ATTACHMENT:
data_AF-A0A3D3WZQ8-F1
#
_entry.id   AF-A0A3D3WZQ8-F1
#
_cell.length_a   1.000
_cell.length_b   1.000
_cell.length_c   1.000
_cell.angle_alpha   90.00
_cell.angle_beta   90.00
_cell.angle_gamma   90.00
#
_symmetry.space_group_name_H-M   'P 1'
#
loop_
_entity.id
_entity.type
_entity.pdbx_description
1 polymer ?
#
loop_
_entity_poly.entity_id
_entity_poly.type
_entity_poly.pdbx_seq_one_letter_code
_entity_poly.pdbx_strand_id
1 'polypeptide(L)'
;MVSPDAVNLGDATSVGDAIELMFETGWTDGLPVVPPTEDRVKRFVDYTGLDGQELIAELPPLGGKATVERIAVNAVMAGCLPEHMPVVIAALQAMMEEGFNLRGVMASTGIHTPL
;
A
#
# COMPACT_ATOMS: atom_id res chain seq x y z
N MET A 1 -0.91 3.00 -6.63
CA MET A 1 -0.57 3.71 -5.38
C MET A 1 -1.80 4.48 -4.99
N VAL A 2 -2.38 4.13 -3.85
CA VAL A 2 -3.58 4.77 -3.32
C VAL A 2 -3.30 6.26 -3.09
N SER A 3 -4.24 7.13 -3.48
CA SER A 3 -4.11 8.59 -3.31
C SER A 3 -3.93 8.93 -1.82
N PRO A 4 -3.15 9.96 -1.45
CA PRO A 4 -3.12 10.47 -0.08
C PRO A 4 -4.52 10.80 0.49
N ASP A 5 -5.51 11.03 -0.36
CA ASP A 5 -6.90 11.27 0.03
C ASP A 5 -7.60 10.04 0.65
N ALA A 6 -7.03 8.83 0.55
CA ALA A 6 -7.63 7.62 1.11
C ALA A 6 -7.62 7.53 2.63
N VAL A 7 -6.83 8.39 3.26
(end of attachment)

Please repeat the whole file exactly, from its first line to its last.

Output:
data_AF-A0A3D3WZQ8-F1
#
_entry.id   AF-A0A3D3WZQ8-F1
#
_cell.length_a   1.000
_cell.length_b   1.000
_cell.length_c   1.000
_cell.angle_alpha   90.00
_cell.angle_beta   90.00
_cell.angle_gamma   90.00
#
_symmetry.space_group_name_H-M   'P 1'
#
loop_
_entity.id
_entity.type
_entity.pdbx_description
1 polymer ?
#
loop_
_entity_poly.entity_id
_entity_poly.type
_entity_poly.pdbx_seq_one_letter_code
_entity_poly.pdbx_strand_id
1 'polypeptide(L)'
;MVSPDAVNLGDATSVGDAIELMFETGWTDGLPVVPPTEDRVKRFVDYTGLDGQELIAELPPLGGKATVERIAVNAVMAGCLPEHMPVVIAALQAMMEEGFNLRGVMASTGIHTPL
;
A
#
# COMPACT_ATOMS: atom_id res chain seq x y z
N MET A 1 -0.91 3.00 -6.63
CA MET A 1 -0.57 3.71 -5.38
C MET A 1 -1.80 4.48 -4.99
N VAL A 2 -2.38 4.13 -3.85
CA VAL A 2 -3.58 4.77 -3.32
C VAL A 2 -3.30 6.26 -3.09
N SER A 3 -4.24 7.13 -3.48
CA SER A 3 -4.11 8.59 -3.31
C SER A 3 -3.93 8.93 -1.82
N PRO A 4 -3.15 9.96 -1.45
CA PRO A 4 -3.12 10.47 -0.08
C PRO A 4 -4.52 10.80 0.49
N ASP A 5 -5.51 11.03 -0.36
CA ASP A 5 -6.90 11.27 0.03
C ASP A 5 -7.60 10.04 0.65
N ALA A 6 -7.03 8.83 0.55
CA ALA A 6 -7.63 7.62 1.11
C ALA A 6 -7.62 7.53 2.63
N VAL A 7 -6.83 8.39 3.26